But even working alongside Zander can't completely fix the hole in Emily's life. Ever since her mom died, Emily hasn't been able to pray, and no one---not even Zander---seems to understand. But sometimes the help you need can come from the person you least expect.

Considering I know absolutely nothing about cars, I really enjoyed this book! The characters were believable and Zander was adorable. I just don't like his name.

I usually hate books about girls who are tomboys and everyone keeps telling them to be girlie, and when they finally do, they get the guy and realize make-up and clothes aren't that bad. Puh-leeze. Emily was just the opposite. *Spoiler* She stayed true to herself and still got the guy! I think this book really stands out among all the other girl-gets-makeover-and-turns-into-a-model-overnight books that you see a lot.

If would have never thought in a million years that I'd like a book about a girl who works on cars, but I was hooked! I really wanted to go tinker under the hood of a car after I finished reading. Haha, that would have ended in disaster! Clipston did a great job and I really liked the whole book!

I received a complimentary copy of this book for review purposes from Zondervan. I was not required to write a positive review. The opinions I have expressed are my own.

Tuesday, 3 May 2011

Small is Big by Dale and Barna

Church planters Tony and Felicity Dale and acclaimed researcher George Barna bring a big message to God’s church. How might we change the world if our Christian faith began multiplying at a rapid pace—through a way of life that is explosive and transformational? It happened once before, in the early days of the church; what will it take to bring us to that point of urgency and determination again? Small Is Big (originally published as The Rabbit and the Elephant) offers keys to 21st-century evangelism: leveraging the power of the small—and taking the gospel to where the people are and the pain is. And as God uses us to channel Jesus’ love into a hurting, desperate world, we’ll see his church grow beyond anything we could have imagined.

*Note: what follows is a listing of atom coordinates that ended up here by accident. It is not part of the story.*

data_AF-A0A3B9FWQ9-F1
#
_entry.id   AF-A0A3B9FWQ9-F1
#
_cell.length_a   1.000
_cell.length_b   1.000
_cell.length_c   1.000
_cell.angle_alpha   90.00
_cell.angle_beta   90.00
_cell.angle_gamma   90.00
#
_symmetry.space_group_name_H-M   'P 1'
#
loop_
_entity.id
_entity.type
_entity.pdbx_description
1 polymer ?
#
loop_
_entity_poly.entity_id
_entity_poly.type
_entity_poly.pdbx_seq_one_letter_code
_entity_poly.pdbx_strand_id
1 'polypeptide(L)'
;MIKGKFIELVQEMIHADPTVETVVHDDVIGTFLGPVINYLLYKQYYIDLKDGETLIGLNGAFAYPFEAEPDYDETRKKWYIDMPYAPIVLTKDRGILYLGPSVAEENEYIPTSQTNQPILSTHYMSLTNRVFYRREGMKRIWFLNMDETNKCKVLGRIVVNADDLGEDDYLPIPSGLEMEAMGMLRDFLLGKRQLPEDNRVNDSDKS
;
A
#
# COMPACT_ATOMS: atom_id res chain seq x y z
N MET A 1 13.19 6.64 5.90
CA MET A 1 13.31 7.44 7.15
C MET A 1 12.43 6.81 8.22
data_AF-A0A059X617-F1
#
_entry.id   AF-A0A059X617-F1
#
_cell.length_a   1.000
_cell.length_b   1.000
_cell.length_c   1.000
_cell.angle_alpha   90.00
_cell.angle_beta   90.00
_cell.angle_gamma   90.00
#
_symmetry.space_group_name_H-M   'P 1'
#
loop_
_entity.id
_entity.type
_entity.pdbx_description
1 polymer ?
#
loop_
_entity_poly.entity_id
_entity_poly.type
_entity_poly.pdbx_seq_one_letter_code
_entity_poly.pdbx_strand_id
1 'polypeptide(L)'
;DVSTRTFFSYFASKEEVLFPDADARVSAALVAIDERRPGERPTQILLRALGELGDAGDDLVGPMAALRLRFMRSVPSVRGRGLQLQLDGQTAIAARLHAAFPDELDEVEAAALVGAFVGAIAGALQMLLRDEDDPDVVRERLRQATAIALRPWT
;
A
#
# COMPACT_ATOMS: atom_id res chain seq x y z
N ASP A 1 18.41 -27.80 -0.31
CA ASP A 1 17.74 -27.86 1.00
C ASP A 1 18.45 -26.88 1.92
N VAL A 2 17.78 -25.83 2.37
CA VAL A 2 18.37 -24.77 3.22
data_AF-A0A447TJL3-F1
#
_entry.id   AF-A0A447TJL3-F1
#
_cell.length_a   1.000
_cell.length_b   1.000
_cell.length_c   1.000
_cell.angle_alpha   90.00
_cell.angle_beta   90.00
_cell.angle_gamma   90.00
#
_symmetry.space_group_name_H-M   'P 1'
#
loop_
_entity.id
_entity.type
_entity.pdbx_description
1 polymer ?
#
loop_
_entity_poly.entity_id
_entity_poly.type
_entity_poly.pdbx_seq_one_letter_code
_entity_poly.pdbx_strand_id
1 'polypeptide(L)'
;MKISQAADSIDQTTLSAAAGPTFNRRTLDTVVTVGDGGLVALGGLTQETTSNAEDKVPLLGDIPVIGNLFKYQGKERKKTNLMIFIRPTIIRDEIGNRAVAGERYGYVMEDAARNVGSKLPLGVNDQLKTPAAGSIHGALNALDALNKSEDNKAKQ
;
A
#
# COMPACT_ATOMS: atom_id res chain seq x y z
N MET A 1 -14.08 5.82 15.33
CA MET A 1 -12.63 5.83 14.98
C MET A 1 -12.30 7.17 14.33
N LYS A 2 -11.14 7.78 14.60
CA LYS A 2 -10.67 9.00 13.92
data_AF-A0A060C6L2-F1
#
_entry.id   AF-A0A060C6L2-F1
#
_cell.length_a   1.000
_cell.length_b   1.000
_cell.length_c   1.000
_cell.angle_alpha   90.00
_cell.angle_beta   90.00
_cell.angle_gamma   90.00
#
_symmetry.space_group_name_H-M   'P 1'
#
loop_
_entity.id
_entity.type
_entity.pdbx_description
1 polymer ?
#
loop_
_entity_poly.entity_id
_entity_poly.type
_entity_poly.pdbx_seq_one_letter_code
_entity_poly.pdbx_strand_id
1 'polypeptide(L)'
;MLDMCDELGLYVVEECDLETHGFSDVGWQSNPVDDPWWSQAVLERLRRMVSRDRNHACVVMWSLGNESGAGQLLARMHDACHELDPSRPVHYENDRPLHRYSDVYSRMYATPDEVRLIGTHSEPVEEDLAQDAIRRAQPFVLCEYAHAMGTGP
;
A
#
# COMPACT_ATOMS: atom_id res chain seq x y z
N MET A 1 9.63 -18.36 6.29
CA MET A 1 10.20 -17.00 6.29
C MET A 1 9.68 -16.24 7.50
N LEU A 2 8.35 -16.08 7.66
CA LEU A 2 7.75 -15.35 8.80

What would it be like have church like the apostles used to? Small groups of people meeting in their homes to pray and have fellowship. Those people going out and making more "church" groups in other homes in other cities around the world. Well, it's like the illistration they used. Rabbits. Put a girl rabbit and boy rabbit in a room for three years and when you open the door, you'll have a million rabbits hop out. But take something big, like two elephants, and in three years you'll only have one baby elephant. Small things tend to multiply faster, including churches.

This is a very thought provoking book. It actually answered some questions I'd been having like, "Why don't we take church to the world?"

"Why do I just sit on a pew Sunday after Sunday?"

"Should church be boring and non-interactive?"

"Why are so many people leaving tradional, legacy churches?"

I believe God can use anything. Legacy churches aren't bad, and simple churches aren't better. The real definition of a church is "For where two or three have gathered together in My name, I am there in their midst." (Matthew 18:20).

I sometimes volunteer at this ministry called Young America that turned a trailer in the middle of a trailer park a place for kids to come, eat, and have a Bible lesson. And the kids call it church. At first I thought, "Aw, that's cute." But it's so true. A church doesn't have to have a steeple or pews. It can be in a trailer, at a coffee shop, someone's house, on the street, wherever.

The authors were very clear at explaing that simple church is not for everyone. It's growing everyday, but just because simple church is gaining popularity doesn't mean you should go join one right now. You go where God leads you. I think they did a great job explaining simple church. I had never heard of it before. I knew people had Bible studies at coffee shops or at houses (my friend's family just started a church in their house), but I never knew it had a name.

If you're curious about simple church, definently check this book out. It will answer a lot of your questions. Great job, Tony and Felicity Dale, and George Barna!

I received this book free from the publisher through the BookSneeze book review bloggers program. I was not required to write a positive review. The opinions I have expressed are my own.